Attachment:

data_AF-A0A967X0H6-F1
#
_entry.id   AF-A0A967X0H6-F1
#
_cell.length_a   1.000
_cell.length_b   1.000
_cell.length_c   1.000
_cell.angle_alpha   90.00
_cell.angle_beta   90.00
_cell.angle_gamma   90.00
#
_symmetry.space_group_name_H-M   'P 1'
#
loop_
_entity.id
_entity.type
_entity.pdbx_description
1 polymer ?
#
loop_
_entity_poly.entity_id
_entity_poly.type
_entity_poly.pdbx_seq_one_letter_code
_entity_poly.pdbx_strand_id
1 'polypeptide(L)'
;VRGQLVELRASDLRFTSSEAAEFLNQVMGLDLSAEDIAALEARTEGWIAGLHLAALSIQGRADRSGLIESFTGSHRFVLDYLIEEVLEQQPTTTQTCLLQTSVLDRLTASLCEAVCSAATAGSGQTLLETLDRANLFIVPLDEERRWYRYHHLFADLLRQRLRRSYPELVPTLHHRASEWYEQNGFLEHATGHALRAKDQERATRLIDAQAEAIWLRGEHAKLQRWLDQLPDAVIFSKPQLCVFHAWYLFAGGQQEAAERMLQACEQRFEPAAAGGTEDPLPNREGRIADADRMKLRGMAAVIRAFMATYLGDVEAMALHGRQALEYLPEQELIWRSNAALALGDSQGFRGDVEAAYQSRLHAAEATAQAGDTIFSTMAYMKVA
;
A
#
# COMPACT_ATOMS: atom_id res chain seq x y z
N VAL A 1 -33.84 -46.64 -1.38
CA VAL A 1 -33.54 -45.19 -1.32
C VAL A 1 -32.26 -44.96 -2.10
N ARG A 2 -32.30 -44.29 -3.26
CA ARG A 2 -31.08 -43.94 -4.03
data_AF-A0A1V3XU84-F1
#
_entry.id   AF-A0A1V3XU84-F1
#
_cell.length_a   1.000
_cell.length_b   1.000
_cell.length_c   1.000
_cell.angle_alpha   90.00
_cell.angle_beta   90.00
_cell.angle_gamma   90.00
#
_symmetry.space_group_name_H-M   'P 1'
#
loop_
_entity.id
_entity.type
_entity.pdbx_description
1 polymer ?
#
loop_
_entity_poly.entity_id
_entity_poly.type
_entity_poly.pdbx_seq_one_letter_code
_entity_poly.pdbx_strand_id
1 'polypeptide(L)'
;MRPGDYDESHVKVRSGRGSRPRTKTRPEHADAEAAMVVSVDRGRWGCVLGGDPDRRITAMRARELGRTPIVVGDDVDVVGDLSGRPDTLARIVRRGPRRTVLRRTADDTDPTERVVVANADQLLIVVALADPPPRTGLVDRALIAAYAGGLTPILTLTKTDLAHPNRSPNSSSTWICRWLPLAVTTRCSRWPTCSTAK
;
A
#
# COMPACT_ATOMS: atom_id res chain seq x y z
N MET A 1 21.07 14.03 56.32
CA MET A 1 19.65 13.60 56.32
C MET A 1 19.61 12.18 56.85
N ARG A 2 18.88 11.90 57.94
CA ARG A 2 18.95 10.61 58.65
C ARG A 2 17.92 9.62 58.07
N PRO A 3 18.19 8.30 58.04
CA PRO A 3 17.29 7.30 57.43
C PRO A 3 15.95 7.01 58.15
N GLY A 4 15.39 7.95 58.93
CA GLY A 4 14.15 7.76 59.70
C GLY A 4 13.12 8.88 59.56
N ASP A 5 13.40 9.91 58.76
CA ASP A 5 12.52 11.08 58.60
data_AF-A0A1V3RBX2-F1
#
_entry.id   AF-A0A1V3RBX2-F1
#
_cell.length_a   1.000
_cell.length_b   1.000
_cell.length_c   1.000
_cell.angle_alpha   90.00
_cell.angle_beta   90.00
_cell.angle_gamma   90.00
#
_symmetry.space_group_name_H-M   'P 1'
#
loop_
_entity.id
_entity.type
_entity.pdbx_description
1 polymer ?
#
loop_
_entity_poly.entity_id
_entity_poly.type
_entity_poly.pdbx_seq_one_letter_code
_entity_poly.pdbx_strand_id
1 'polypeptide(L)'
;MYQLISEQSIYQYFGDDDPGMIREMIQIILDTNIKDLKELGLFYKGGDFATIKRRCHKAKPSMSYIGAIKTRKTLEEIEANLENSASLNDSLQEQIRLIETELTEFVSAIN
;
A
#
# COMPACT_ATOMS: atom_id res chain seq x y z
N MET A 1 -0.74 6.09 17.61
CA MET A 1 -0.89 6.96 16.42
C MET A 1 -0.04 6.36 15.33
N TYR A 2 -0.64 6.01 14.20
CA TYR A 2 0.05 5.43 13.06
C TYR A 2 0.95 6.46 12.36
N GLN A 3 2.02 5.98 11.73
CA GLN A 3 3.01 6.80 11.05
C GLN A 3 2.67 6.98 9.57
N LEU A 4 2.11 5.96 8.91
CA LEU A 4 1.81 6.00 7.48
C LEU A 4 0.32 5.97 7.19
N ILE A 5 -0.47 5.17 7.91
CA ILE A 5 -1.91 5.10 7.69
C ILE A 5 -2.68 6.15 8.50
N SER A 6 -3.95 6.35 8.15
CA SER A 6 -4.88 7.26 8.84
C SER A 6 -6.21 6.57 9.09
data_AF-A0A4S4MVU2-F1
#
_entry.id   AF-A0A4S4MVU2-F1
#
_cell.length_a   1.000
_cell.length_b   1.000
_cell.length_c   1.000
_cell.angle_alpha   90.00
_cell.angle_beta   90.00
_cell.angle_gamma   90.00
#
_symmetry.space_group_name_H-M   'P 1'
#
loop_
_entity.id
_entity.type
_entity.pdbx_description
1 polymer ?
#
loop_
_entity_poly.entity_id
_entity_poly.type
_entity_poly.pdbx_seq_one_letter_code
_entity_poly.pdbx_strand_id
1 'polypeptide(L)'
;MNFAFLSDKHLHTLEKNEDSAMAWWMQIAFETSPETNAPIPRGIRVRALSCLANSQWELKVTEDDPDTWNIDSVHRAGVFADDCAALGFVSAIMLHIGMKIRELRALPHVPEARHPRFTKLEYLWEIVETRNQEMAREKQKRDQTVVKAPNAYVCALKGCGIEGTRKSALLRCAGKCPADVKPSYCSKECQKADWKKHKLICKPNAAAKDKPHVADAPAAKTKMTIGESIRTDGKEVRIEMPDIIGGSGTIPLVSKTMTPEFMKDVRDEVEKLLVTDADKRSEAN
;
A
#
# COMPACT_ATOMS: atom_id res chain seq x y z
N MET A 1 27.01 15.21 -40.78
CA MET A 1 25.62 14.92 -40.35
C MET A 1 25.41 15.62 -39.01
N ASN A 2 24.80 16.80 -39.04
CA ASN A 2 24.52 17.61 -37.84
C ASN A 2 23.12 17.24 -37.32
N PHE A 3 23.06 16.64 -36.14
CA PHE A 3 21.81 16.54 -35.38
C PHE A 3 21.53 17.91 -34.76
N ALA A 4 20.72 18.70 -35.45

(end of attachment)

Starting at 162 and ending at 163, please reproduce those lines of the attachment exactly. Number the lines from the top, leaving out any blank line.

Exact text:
CA ASN A 2 24.52 17.61 -37.84
C ASN A 2 23.12 17.24 -37.32